EMS Insider, News

CDC Health Advisory

The Centers for Disease Control and Prevention (CDC) and U.S. Food and Drug Administration (FDA) are alerting healthcare providers and facilities about the public health need to properly maintain, clean and disinfect or sterilize reusable medical devices. Recent infection control lapses due to non-compliance with recommended reprocessing procedures highlight a critical gap in patient safety. Healthcare facilities (e.g., hospitals, ambulatory surgical centers, clinics and doctors’ offices) that utilize reusable medical devices are urged to immediately review current reprocessing practices at their facility to ensure they (1) are complying with all steps as directed by the device manufacturers, and (2) have in place appropriate policies and procedures that are consistent with current standards and guidelines.

Recent media reports describe instances of patients being notified that they may be at increased risk for infection due to lapses in basic cleaning, disinfection, and sterilization of medical devices. These events involved failures to follow manufacturers’ reprocessing instructions for critical and semi-critical items and highlight the need for healthcare facilities to review policies and procedures that protect patients.

Recommendations

Healthcare facilities should arrange for a healthcare professional with expertise in device reprocessing to immediately assess their reprocessing procedures. This assessment should ensure that reprocessing is done correctly, including allowing enough time for reprocessing personnel to follow all steps recommended by the device manufacturer.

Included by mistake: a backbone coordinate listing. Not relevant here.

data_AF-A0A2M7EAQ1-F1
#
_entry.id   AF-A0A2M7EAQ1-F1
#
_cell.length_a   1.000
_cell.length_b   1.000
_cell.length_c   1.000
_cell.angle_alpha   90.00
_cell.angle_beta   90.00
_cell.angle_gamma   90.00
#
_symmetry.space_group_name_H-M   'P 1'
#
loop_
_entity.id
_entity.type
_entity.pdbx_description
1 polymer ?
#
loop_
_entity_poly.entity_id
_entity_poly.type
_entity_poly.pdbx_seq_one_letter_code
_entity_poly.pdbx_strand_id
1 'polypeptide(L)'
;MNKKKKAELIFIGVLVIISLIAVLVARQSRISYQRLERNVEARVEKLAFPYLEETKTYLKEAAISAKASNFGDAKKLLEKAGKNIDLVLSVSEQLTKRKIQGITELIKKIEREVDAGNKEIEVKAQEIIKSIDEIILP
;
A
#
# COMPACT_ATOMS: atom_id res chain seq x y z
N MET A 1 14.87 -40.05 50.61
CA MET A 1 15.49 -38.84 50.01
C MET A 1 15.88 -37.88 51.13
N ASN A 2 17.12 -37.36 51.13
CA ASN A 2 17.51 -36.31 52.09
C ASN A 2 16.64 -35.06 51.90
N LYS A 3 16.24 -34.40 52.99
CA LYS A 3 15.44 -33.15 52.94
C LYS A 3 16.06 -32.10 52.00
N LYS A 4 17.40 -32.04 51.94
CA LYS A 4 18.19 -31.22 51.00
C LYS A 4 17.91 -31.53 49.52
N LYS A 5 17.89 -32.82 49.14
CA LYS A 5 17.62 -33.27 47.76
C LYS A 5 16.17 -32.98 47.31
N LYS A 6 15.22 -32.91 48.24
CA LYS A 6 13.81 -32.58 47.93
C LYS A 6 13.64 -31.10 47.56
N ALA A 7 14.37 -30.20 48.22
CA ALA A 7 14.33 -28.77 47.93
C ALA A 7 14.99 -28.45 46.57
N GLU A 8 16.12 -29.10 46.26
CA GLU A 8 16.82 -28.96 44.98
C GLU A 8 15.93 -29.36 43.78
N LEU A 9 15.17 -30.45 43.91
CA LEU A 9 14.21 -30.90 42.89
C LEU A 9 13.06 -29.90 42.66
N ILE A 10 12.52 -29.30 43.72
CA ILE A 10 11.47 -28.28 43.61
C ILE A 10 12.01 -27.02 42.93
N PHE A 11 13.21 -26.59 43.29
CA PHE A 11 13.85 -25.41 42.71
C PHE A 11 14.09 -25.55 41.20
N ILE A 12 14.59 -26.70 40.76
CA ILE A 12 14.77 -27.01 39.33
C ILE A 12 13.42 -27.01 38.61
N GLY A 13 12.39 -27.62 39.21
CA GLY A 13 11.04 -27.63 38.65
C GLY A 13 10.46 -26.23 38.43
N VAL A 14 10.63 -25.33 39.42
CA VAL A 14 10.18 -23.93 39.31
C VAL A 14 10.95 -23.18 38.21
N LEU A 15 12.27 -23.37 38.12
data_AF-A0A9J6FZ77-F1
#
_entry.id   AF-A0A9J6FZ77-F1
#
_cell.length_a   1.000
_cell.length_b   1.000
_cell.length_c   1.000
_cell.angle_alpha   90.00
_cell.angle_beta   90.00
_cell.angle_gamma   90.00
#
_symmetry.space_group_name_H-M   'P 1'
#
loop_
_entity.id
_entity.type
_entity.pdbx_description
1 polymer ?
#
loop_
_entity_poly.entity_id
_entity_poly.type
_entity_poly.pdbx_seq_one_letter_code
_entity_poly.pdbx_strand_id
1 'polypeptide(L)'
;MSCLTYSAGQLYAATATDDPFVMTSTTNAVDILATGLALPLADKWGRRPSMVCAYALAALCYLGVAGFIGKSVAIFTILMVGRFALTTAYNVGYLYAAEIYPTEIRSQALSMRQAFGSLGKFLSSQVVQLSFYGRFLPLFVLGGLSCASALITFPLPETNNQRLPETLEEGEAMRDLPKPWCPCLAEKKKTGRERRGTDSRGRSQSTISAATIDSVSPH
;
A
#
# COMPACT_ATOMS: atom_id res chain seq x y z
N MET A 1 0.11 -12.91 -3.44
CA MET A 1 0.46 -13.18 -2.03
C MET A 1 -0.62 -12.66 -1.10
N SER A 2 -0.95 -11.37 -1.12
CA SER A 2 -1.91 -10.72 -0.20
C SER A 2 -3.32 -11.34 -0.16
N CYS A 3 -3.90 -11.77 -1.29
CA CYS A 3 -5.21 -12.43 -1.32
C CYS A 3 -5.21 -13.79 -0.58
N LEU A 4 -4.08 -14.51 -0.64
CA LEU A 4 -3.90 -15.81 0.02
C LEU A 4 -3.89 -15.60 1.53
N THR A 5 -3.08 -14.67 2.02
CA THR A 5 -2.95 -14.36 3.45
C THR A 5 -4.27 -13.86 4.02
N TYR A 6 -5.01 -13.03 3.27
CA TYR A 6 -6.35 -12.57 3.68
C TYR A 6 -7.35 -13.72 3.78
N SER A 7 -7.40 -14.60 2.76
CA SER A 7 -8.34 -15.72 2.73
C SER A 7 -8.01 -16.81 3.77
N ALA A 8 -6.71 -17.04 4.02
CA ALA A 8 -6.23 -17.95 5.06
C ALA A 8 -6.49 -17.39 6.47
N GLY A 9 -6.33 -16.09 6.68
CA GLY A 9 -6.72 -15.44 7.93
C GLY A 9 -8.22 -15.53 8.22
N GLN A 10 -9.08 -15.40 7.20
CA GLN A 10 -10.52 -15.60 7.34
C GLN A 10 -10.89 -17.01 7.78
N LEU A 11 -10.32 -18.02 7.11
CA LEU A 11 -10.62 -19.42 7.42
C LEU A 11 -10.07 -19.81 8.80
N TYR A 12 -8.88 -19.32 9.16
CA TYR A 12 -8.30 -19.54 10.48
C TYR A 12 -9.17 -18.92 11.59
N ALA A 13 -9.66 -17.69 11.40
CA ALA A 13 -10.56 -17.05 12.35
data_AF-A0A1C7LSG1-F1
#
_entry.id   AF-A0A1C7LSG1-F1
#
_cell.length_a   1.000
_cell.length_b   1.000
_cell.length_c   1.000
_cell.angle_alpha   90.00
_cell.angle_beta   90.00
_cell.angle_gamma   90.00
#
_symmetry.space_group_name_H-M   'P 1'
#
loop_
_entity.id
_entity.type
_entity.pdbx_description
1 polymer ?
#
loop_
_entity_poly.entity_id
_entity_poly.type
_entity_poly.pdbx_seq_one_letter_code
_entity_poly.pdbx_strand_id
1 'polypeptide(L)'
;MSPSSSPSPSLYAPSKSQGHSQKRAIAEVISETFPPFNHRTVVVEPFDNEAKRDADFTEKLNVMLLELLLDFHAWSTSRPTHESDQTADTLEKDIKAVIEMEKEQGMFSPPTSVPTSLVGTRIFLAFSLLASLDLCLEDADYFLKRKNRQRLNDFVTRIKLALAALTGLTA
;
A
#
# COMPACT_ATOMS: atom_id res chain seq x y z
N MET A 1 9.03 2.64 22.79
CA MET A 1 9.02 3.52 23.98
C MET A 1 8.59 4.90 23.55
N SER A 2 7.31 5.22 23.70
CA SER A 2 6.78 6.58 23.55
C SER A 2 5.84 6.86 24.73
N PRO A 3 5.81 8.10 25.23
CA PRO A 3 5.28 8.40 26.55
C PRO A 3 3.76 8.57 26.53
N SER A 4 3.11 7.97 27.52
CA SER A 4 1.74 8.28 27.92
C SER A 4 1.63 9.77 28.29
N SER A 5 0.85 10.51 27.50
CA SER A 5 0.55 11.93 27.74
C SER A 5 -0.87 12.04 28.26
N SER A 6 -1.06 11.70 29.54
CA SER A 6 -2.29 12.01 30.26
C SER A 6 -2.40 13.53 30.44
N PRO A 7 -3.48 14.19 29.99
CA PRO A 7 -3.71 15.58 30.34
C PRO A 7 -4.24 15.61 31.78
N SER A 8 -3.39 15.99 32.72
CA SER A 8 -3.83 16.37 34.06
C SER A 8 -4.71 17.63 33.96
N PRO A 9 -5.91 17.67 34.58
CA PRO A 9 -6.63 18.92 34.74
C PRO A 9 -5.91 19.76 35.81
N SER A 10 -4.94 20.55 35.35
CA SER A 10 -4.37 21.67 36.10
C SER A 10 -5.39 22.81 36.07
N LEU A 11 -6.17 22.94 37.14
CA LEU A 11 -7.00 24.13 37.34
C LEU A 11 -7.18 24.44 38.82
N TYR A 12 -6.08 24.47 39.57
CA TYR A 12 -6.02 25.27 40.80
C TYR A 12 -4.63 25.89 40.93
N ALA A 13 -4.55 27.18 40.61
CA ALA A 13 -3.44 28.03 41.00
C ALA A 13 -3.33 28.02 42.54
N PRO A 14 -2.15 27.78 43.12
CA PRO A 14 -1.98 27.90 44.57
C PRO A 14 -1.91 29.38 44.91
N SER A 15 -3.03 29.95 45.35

Healthcare facilities should provide training to all personnel who reprocess medical devices. Personnel should be required to demonstrate competency with device reprocessing (i.e., trainer observes correct technique) prior to being allowed to perform reprocessing independently. Healthcare facilities should regularly audit (monitor and document) adherence to cleaning, disinfection, sterilization and de device storage procedures.

Healthcare facilities should also have protocols to ensure that healthcare personnel can readily identify devices that have been properly reprocessed and are ready for patient use (e.g., tagging system, storage in a designated area). Healthcare facilities should have policies and procedures outlining facility response in the event of a recognized reprocessing error or failure. Healthcare personnel should assess the cause of the error or failure and the exposure event in order to determine the potential risk of infection. The procedure should include how patients who might have been exposed to an improperly reprocessed medical device would be identified, notified, and followed.

Additional CDC resources, plus specific guidelines for training, audit and feedback, and infection control policies and procedures are available at: http://emergency.cdc.gov/han/han00382.asp#_ftn1.